From the Economic Policy Institute: "The business cycle from 2000-2007 is the weakest full business cycle on record for job creation, due to the fact that demand was insufficient to drive overall GDP gains that were robust enough to generate strong job growth." It appears that the middle class squeeze has hurt job creation and economic growth.

  • We are poorer than we could be.

    Households in the middle fifth of income distribution would have been making $18,897 more per year as of 2007 if their incomes had grown as quickly as overall average incomes between 1979 and 2007, according to the Economic Policy Institute. (The sizable income growth for top earners since 1979 skewed the overall average.)

  • The rich have captured most income growth.

    The top one percent captured 60 percent of total income growth between 1979 and 2007, while the bottom 90 percent was left with just 9 percent of the total, according to the Economic Policy Institute. Moreover, the top one percent's incomes rose 241 percent, in contrast to 11 percent growth for the bottom fifth and 19 percent growth for the middle fifth. [Chart credit: <a href="http://stateofworkingamerica.org/chart/swa-income-figure-2a-real-median-family/" target="_hplink">Economic Policy Institute</a>]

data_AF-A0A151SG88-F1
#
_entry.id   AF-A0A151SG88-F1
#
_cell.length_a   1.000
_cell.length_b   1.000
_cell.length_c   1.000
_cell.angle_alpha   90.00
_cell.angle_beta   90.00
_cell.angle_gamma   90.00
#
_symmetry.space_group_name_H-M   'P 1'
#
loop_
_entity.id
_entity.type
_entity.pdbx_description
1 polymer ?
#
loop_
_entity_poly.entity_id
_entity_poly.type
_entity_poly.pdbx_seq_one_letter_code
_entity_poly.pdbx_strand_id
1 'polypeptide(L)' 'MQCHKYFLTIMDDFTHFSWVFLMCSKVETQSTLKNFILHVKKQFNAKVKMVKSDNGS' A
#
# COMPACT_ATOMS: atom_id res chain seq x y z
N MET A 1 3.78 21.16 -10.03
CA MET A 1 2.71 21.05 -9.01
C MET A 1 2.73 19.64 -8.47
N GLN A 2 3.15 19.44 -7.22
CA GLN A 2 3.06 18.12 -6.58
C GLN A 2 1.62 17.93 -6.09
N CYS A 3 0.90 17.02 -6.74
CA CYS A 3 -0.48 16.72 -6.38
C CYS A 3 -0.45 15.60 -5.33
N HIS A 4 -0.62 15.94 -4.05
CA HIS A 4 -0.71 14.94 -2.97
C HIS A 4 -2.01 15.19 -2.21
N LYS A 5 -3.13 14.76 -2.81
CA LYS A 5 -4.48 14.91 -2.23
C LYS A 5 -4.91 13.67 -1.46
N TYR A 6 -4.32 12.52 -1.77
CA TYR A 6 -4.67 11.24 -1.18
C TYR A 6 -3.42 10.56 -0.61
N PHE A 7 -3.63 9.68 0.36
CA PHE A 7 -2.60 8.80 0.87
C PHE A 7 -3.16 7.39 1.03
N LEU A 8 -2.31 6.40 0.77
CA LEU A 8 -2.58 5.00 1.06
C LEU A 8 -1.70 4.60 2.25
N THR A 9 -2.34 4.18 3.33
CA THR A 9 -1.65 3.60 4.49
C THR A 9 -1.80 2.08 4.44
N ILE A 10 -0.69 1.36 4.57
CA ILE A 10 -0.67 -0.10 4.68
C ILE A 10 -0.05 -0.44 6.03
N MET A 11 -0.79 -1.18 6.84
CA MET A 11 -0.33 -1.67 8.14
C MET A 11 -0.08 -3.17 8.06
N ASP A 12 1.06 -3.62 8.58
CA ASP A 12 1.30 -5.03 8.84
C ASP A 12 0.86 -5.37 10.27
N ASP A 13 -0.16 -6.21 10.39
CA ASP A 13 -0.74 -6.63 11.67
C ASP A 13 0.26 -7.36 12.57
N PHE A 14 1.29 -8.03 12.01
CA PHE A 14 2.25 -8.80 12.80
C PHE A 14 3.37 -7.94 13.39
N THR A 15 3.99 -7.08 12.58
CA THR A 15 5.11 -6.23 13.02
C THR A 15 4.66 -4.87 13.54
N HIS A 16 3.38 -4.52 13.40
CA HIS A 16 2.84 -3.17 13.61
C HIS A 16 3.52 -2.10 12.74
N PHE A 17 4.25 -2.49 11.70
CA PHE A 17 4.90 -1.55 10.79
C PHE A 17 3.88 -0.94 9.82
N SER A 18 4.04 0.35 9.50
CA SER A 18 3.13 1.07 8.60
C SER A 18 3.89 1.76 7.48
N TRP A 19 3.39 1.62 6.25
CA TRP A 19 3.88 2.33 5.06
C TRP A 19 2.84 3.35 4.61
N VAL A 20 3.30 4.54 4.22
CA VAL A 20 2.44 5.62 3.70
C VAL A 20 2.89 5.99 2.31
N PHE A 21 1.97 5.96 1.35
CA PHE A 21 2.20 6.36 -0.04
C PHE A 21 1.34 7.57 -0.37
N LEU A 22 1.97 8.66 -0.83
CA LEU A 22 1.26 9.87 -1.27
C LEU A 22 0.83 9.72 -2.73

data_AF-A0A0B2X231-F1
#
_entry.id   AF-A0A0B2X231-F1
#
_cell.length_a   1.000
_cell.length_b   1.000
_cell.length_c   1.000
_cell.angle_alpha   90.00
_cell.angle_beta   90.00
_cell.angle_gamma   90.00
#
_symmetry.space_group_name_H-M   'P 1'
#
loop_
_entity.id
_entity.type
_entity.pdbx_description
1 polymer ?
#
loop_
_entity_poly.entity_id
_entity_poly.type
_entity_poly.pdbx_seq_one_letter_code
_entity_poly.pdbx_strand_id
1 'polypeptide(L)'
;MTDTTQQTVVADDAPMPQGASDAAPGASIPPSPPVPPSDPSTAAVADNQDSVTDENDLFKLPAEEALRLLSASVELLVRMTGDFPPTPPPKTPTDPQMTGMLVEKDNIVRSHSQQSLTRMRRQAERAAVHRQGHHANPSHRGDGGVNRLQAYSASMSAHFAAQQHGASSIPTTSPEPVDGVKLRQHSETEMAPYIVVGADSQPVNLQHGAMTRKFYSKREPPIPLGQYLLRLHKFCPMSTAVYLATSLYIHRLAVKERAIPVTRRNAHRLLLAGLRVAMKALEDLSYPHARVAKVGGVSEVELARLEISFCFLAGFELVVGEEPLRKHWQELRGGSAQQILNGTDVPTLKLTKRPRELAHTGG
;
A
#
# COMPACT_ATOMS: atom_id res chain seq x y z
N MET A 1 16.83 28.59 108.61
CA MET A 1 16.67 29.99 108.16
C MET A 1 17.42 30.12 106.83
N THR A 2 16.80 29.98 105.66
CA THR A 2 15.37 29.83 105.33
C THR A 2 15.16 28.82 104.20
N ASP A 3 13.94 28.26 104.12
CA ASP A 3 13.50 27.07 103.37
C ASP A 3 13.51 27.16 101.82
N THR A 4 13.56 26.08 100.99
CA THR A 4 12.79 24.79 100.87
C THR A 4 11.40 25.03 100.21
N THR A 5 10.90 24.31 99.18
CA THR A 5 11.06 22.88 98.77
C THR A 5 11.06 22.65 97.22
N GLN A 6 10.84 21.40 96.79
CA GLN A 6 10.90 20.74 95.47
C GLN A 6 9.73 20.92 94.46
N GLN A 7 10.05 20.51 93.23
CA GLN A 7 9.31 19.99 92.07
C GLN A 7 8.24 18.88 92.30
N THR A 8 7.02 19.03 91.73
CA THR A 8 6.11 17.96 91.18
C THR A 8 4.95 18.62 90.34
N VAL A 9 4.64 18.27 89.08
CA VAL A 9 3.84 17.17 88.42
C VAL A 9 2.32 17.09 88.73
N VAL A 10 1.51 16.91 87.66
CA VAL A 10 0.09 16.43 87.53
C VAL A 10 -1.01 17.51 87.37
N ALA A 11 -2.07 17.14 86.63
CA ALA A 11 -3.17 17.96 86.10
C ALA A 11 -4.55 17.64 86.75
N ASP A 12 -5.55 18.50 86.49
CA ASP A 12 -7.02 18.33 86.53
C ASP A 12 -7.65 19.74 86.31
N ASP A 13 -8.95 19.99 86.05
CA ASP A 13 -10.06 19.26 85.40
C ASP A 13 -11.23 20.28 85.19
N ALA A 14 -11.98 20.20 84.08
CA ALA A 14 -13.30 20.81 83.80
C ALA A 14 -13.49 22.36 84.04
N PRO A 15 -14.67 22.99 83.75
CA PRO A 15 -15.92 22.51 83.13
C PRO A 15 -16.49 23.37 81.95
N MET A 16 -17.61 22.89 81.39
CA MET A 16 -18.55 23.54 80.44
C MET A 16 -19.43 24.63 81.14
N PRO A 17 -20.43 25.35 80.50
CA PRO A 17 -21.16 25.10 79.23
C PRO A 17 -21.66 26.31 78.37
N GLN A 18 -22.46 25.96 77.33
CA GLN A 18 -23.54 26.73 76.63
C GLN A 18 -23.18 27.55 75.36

• Wages have grown more quickly for the rich.

    Wages for the top one percent spiked 131 percent between 1979 and 2010, while wages for the bottom 90 percent of workers rose just 15 percent over that same period, according to the Economic Policy Institute. [Chart credit: <a href="http://stateofworkingamerica.org/chart/swa-wages-figure-4h-change-real-annual-wages/" target="_hplink">Economic Policy Institute</a>]